For decades, Sellafield dumped radioactive waste by pipeline into the Irish Sea. The Convention for the Protection of the Marine Environment of the North-East Atlantic (OSPAR Convention) reported Sellafield has deposited an estimated 200 kilograms (441 lb) of plutonium into the marine sediment of the Irish Sea. Cattle and fish are contaminated with plutonium-239 and caesium-137 from Sellafield.
Sellafield, where Japanese nuclear energy companies sent nuclear waste for reprocessing, also produced Technetium-99, a radioactive element created from reprocessing, which Sellafield also discharges into the sea. Between 1952 and 2009, Sellafield discharged more than 47,855 terabecquerel of cesium-137 and strontium-90, two of the most dangerous radioactive elements to human health, according to calculations based on data from the U.K. Environment Agency and the Journal of Radiological Protection.
In 1983, high radioactive discharges of ruthenium and rhodium 106 resulted in the closure of beaches along a 10-mile stretch of coast in Cumbria, along with warnings against swimming in the sea. Greenpeace protested the discharges by attempting to cap the pipeline gushing radioactive waste into the sea. Their Geiger counters indicated radioactivity at 1,500 times the "normal" level.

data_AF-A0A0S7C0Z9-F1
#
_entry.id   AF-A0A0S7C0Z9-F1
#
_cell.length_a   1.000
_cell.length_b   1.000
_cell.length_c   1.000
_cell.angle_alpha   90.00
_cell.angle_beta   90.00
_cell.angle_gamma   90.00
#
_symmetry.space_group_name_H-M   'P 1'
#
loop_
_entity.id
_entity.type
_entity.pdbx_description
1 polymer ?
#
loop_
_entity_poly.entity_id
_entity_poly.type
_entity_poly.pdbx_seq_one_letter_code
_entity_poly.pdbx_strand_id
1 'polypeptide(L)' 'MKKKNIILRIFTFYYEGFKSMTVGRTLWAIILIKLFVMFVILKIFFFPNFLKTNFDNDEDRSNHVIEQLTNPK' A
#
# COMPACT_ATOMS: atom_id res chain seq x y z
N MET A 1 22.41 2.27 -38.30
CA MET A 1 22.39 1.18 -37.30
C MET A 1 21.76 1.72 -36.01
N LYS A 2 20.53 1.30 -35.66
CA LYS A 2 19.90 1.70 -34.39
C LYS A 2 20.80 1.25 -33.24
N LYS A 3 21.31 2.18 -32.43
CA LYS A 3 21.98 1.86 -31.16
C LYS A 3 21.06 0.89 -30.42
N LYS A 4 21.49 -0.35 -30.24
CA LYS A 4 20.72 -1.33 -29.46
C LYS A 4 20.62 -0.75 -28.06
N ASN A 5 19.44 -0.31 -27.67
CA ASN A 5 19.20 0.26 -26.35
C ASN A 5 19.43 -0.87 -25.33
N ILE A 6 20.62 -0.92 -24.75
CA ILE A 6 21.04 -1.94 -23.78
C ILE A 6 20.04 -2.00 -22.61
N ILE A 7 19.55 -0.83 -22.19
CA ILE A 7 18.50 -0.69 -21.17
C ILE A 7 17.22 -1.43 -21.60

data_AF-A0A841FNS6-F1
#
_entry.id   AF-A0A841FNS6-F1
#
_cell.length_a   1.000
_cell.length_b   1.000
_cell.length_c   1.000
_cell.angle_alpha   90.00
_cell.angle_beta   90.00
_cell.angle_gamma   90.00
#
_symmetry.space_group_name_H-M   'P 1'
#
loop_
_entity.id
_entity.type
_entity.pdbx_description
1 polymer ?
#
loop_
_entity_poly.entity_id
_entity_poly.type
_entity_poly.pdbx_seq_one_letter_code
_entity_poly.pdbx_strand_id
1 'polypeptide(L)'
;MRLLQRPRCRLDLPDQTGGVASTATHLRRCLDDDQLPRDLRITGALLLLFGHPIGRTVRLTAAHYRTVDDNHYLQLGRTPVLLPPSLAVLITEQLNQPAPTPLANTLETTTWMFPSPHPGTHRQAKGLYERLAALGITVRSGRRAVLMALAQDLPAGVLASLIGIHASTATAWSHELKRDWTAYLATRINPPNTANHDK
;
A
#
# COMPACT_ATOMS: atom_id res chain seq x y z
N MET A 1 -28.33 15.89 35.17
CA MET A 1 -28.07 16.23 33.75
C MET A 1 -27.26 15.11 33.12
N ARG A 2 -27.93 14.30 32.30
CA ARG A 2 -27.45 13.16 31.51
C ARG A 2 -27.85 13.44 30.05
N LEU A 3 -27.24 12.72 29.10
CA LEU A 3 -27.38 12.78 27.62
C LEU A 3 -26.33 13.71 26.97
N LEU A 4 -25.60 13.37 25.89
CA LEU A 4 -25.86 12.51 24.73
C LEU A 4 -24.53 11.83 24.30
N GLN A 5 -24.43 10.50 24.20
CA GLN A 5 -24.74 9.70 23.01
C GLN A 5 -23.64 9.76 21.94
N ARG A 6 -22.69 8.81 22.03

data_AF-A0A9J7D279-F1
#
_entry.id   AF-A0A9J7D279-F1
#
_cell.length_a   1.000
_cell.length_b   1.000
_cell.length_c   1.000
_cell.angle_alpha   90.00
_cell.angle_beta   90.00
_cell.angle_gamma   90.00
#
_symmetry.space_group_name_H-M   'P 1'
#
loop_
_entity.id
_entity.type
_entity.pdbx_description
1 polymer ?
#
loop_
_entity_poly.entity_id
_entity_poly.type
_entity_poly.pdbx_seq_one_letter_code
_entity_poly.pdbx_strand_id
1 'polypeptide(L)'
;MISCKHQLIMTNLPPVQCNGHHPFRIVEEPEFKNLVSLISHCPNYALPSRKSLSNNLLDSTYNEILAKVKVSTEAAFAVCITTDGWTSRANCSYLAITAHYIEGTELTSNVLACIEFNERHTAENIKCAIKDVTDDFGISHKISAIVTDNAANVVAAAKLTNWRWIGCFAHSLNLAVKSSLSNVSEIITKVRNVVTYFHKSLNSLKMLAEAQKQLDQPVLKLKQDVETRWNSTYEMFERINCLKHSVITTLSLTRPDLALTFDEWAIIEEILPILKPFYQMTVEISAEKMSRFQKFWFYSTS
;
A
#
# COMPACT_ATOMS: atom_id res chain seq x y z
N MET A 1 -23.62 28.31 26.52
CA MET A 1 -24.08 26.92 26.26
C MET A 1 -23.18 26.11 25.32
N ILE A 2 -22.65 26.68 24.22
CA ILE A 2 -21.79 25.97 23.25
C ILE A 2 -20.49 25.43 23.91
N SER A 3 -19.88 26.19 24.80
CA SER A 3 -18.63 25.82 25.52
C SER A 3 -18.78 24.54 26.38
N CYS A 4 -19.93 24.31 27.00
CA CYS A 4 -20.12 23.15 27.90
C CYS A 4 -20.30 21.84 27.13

An open pit has been used to store radioactive waste, including over a ton of plutonium (some from the Tokai Mura plant in Japan). The pool is not watertight and has been leaking.
A 1997 UK Ministry of Health report stated that children living close to Sellafield had twice as much plutonium in their teeth as children living more than 100 miles (160 km) from the nuclear complex; afterwards a UK official stated that the plutonium did not present a health risk. However, instances of leukemia in children who live on the English and Irish coasts reflect anomalies: the rate of childhood leukemia in the area near Sellafield exceeds the national average by ten times; one child in sixty in Seascale, the village of nearest the plant, will die of of leukemia.
Both the Irish and Norwegian governments have sought the closure of the facility.